So are you or have you ever been...?
As to the film itself, Douglas is assisted ably by Dan Ackroyd and Lauren Bacall. It is a "road" film of sorts, whereby three generations of a family attempt to mend their fences.
The film unfortunately is immediately forgettable.
Douglas plays Harry, the patriarch of a three-generation family in this bittersweet comedy exploring the relationships between a father, his son and his grandson. Harry is seen early in the film doing exercises to recover his speech and strengthen his facial muscles after a stroke. A former welterweight champion, Harry tells his son (Dan Akroyd) and grandson (Corbin Allred) that when he was younger, he had a friend hold 13 diamonds for him, and if he could find the friend; he could recover the diamonds. So, the three men set out on a mission to find the booty.
The story is bittersweet character study of the three men, their relationships and misadventures. It is a bit overly nostalgic and the dialogue often meanders. However, the good points outweigh the bad. There is some great vintage b/w footage of Kirk Douglas, who played a prizefighter in the movie `Champion' (1949). Douglas gives a plucky performance as the aging patriarch. This is his film, and he dominates every scene. His would have been an excellent dramatic performance for anyone regardless of age and health. When those facts are considered, it makes the performance truly inspirational. It speaks volumes about Douglas' indomitable character. It is obvious that he worked very hard to overcome his disability and he was determined not to let it get the best of him.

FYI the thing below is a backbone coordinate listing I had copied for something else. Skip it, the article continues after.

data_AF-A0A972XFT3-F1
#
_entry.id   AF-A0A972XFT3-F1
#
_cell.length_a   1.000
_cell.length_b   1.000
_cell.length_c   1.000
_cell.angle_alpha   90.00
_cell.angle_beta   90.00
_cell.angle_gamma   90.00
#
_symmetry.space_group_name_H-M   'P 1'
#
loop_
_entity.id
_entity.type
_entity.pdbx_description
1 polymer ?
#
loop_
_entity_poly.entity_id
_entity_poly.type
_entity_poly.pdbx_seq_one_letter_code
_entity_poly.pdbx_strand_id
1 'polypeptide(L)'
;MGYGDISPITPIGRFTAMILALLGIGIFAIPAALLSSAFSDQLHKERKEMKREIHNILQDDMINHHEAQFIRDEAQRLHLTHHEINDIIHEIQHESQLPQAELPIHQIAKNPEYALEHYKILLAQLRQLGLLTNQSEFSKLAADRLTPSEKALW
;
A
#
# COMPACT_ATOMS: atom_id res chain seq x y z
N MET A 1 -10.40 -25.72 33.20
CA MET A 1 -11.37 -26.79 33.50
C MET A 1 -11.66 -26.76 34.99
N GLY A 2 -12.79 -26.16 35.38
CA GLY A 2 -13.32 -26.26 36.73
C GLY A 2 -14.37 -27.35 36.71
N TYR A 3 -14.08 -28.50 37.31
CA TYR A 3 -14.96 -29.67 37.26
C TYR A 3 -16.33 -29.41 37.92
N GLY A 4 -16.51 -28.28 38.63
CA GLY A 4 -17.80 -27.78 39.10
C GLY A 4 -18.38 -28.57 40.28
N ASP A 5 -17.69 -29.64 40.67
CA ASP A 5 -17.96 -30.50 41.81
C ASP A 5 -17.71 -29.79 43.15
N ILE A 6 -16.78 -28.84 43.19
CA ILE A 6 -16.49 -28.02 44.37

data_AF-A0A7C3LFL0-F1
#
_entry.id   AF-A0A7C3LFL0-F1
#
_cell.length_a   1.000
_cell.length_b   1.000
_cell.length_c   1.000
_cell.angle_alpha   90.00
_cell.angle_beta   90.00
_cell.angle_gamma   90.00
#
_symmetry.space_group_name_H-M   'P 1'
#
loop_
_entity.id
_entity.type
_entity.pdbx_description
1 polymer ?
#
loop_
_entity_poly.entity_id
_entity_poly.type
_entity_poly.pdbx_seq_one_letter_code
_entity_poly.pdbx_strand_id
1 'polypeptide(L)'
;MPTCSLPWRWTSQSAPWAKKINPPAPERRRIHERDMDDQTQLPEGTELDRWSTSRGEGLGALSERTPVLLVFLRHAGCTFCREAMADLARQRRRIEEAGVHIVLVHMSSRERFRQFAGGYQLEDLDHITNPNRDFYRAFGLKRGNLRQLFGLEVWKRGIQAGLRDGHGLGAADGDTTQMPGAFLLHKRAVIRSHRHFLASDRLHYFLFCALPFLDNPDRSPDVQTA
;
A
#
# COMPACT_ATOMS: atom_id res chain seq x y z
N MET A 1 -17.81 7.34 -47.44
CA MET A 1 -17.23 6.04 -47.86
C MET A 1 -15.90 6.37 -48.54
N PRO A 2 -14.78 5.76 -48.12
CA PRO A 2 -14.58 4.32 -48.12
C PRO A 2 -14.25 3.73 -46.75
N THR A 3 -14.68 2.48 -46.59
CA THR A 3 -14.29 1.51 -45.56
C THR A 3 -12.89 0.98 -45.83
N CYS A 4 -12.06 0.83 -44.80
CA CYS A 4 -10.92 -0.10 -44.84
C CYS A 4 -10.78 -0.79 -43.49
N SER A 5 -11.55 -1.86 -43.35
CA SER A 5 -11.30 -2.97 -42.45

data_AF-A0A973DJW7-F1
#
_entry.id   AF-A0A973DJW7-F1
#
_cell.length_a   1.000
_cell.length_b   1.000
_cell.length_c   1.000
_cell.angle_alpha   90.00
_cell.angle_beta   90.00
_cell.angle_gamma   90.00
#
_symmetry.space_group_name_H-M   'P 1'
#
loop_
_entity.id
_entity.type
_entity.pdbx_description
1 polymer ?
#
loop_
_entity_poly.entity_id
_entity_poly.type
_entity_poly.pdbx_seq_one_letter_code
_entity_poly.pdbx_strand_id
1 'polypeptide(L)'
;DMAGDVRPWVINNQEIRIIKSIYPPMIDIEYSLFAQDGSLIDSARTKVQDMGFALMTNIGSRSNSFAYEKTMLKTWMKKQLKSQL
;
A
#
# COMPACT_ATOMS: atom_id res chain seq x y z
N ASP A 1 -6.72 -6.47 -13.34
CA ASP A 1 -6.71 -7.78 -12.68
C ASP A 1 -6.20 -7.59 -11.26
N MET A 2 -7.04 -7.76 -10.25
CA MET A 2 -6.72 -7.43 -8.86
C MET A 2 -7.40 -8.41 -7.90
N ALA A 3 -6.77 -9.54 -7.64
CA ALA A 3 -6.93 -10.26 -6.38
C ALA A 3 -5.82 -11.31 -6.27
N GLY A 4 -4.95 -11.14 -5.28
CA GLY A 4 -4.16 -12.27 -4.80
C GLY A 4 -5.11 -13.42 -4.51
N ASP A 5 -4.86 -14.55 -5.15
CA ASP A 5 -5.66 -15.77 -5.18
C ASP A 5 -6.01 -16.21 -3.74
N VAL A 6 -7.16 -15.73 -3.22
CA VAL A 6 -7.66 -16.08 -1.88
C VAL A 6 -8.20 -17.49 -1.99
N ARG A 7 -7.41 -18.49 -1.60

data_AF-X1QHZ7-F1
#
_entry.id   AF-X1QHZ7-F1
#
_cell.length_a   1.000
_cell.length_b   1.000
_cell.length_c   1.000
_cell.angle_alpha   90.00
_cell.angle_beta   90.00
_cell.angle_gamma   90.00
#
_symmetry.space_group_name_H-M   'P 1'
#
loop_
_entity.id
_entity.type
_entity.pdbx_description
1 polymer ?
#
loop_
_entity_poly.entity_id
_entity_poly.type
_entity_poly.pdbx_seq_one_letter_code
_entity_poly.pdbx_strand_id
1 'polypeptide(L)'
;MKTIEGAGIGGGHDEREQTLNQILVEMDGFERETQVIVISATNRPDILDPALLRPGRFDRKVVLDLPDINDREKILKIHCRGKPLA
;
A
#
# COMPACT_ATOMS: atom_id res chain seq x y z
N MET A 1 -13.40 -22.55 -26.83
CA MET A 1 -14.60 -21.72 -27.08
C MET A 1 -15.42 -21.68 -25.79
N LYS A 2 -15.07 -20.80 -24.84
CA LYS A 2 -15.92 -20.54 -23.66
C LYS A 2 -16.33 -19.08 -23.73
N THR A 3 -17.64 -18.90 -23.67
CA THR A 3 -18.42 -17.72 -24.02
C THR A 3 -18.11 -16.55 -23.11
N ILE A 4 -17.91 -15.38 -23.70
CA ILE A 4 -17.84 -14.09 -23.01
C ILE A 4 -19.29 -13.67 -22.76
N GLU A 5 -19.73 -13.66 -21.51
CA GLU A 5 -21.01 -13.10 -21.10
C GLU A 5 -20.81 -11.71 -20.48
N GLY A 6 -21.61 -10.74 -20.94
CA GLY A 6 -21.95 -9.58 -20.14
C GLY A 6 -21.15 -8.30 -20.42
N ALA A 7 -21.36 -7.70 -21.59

Lauren Bacall was also delightful and the scenes that she and Douglas played together were touching and wonderful. Bacall is still lovely, poised and confident, and her portrayal was sensitive and powerful. Seeing the two of them together was like watching two masters at work.
I enjoyed this film, even though the story and characters were somewhat unoriginal. I rated it a 7/10. It brought back two screen legends and more than a few magical moments in watching them perform.
*** (out of 4)
Thin but touching drama about an ex-fighter (Kirk Douglas) who was worthless to his son (Dan Aykroyd) but after the fighter's stroke they are brought together again. Along with his grandson (Corhin Allred), the three head to Nevada to collect some diamonds owed the old man after throwing a fight fifty years earlier. This road picture really doesn't contain anything we haven't seen countless times before but this film is very special in the fact that it was made a few years after Douglas suffered his stroke in real life. I was expecting a rather bland performance made memorable by the bravery of the actor trying to act again but I was really floored because Douglas still contains all that energy and fight that we saw from him throughout his career. Clips from his film Champion are shown here to show Douglas as the young fighter and it's rather amazing that his performance here perfectly captures that mood and spirit of that young man. He's given a couple very big emotional scenes and he pulls them off remarkably well and that intense energy is still there after all these years. Both Aykroyd and Allred also deliver fine performances as does Jenny McCarthy as a prostitute. Lauren Bacall has a small role as a whorehouse owner but her scenes with Douglas is priceless. I'm really shocked to see some major critics rip this film to shreds because it's a damn good little film that seems to have a small little following behind it. It's certainly worth watching for Douglas fans. Towards the end of the film there's a twenty-minute sequence in the whorehouse, which got me worried where the film was trying to go but it perfectly captures everything we've been led up to.